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the dross from the silver ; and there shall come forth a vessel for the finer. Take away the wicked from before the king, and his throne shall be established in righteousness." Alas, that it was not so !


The slothful is like ere long to become the wicked servant, and this was certainly the case in very many of the monasteries, abbeys, and priories. But we must bear in mind that when the King's determination was known, the harpies of the court were ready to gulp down gnats and camels indiscriminately. We have all the worst cases painted in glowing colours, such as for example, the case of the Abbot of Langden, whose door Dr. Leighton, Burnet tells us, beset and broke open of a sudden .


That was unquestionably a glaring case. You are not likely to have forgotten that our friend the Archbishop had a name there.


“ They were of the order of Premonstré, and their house was dedicated to the honour of the Blessed Virgin, and St. Thomas Becket.” They are the words of Burnet.


Burnet, and good old John Strype *, (as he is well called,) have left us painful details; but, after all, such confessions as that of the Prior and Benedictines of St. Andrew's in Northampton, are to be received cum grano salis. No doubt they were bad enough, but I cannot help thinking that they were looking to the number of marks they were to be pensioned off with when they declared “the pit of hell was ready to swallow them up." The rest, I dare say, is true enough. They confessed that they had neglected the worship of God, lived in idleness, gluttony, and sensuality: with many other woeful expressions to that purpose. But, whatever may have been the state of religious houses in general, their utter dissolution was an unquestionable evil, and as such regretted by good and honest men.

2 Prov. xxv. 4, 5.

3 See “ History of the Reformation,” vol. i. p. 384. Ed. Clar. 8vo. 1829. See the other case, p. 475.

They are the words of Southey, and spoken from the heart : “Good old John Strype, one of those humble and happy-minded men, who, by diligent labouring in the fields of literature, find while they live, an enjoyment from which time takes away nothing of its relish, and secure for themselves an honourable and lasting remembrance in the gratitude of posterity.”Vindiciæ Eocles. Angl., p. 360.


Such as Maister Hugh Latimer, whose name shall endure ! When in Oxford, Alethes, I used to make an annual visit to some of the dearest and kindest relatives at Malvern, and I never gazed upon the reverend pile there, without thinking of that holy man departed. I was early familiar with his history, and loved his character. His drollery was nowise inconsistent with his true-heartedness. I much pity those who can call either him or old Fuller buffoon. You recollect the question of Penneboy, junior, in the “ Staple of News;" I would ask of such,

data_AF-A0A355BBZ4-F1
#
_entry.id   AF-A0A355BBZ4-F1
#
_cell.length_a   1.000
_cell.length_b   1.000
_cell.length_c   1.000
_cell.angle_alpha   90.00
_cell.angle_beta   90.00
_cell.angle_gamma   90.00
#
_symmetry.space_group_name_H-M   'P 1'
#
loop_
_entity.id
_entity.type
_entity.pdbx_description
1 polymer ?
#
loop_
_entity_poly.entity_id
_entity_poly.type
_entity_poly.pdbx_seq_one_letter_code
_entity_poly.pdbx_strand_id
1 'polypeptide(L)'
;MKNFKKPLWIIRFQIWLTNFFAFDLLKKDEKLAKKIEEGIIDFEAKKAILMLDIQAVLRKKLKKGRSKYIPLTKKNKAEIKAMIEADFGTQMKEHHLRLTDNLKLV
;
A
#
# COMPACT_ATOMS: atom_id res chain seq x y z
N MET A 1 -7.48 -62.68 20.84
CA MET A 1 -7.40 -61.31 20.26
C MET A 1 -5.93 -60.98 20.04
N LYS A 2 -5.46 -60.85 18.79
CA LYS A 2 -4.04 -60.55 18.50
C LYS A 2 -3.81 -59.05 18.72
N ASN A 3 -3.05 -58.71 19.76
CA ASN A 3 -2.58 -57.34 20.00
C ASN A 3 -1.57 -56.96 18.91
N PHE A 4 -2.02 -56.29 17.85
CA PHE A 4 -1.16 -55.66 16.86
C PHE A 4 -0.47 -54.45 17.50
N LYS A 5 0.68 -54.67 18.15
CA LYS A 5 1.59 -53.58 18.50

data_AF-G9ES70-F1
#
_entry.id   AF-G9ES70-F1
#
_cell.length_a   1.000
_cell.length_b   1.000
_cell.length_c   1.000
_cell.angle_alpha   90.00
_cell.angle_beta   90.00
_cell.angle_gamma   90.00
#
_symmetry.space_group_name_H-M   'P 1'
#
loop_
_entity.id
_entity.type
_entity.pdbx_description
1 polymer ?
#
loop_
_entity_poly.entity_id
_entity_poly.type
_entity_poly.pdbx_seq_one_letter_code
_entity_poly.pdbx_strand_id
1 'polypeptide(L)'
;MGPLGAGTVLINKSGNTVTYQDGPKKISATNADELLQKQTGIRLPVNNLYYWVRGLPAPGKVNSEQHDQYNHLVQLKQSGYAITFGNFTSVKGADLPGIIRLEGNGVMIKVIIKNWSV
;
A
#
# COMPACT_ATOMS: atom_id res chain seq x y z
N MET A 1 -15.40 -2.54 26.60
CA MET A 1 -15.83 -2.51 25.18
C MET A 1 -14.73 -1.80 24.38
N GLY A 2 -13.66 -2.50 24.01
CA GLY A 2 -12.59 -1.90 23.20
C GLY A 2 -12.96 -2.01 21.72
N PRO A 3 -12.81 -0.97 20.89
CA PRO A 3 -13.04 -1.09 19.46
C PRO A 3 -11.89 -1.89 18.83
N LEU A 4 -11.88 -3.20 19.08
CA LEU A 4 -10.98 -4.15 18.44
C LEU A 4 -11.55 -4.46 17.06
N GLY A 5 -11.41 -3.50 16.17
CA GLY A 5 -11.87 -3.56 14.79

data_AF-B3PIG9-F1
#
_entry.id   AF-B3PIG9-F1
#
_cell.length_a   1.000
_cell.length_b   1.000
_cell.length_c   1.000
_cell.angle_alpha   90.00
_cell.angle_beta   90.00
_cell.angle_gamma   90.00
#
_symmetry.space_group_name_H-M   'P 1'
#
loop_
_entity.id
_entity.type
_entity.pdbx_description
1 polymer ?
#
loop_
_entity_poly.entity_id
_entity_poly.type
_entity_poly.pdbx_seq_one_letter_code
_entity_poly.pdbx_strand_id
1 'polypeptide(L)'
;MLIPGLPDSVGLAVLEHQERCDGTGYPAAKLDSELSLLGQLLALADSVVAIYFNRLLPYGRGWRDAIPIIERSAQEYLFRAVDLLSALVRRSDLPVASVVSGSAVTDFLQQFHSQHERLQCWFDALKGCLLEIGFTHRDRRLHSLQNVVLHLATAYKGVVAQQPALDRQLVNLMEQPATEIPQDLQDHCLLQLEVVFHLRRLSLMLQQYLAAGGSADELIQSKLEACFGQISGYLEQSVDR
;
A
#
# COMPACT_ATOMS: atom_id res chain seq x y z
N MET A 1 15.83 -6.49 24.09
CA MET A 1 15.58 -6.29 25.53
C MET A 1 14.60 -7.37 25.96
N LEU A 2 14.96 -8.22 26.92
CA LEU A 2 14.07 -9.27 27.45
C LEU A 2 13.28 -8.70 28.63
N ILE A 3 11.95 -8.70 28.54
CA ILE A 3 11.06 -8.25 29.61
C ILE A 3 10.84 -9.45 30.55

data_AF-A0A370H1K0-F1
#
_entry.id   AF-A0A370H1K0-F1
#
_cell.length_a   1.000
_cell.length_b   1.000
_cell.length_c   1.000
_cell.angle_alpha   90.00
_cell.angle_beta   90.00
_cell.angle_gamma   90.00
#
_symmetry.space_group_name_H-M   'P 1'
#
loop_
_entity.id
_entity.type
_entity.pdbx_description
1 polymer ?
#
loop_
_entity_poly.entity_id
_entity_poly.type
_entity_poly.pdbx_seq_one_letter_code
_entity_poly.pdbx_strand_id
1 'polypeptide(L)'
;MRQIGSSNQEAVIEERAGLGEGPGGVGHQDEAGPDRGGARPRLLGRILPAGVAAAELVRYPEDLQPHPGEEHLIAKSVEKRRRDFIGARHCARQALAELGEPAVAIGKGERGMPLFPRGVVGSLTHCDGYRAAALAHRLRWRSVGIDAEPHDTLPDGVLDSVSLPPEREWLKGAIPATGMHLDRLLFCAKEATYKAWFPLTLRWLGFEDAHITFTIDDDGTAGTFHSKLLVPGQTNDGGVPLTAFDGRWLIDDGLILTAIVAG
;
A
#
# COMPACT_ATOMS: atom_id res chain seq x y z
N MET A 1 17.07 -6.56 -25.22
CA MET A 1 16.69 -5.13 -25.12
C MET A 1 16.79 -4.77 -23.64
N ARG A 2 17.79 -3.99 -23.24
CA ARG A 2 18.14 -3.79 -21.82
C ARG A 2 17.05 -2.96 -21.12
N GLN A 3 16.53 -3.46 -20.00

What are your present clerk's habilities ?
How is he qualified ?"

Let that pass, Eubulus. The declaimers against such men as
Latimer or Fuller, only follow a bad school. The very word they
use is not their own. But say, what did Latimer at Great



At the solicitation of the honest prior there, “ in my diocese, but not of my diocese," as he says, he wrote to the Lord Cromwell, with the intent, if possible, to save the dissolution of the house. In his own words, “ for the upstanding of his foresaid house, of the continuance of the same to many good purposes : not in monkery, he meaneth : not so, God forbid: but any other way, as should be thought and seem good to the King's Majesty. As to maintain, touching preaching, study with praying, and (to the which he is much given) good house-keeping. For to the virtue of hospitality he hath been greatly inclined from his beginning, and is very much commended in these parties for the same." To which he presently adds: “The man is old; a good housekeeper ; feedeth many, and that daily. For the country is poor and full of penury. And, alas ! my good Lord, shall we not see two or three in every shire changed to such remedyo?"

5 Strype's Memorials Eccl., under King Henry VIII., vol. i. part i. p. 400.



Just like the honest, but expressively simple, earnestness of the constant martyr of Christ! There were, we know, very many who thought with him, and would have sacrificed much to have retained some remnant of the schools and the hospitality of the religious. I have heard of more instances than one, (during the formation of the Railway to Winchester,) where the dole of bread and beer, reduced as it is almost to a name, was most beneficially imparted at the door of the Holy Cross hard by. Would that such a foundation were in hands that might restore the noble edifice, now so miserably bedaubed with whitewash within and without, to somewhat like its ancient intent ! I could wish no better preferment, were I a minister of the Gospel ! The dole should not be indiscriminate, but it should be “a place of alms ” stillo. I could wish no more beautiful Posy than that from Herrick's “ Thanksgiving to God, for his house ;” and, as my short means will allow, I think on't to do the like. Low is my porch, as is my fate ;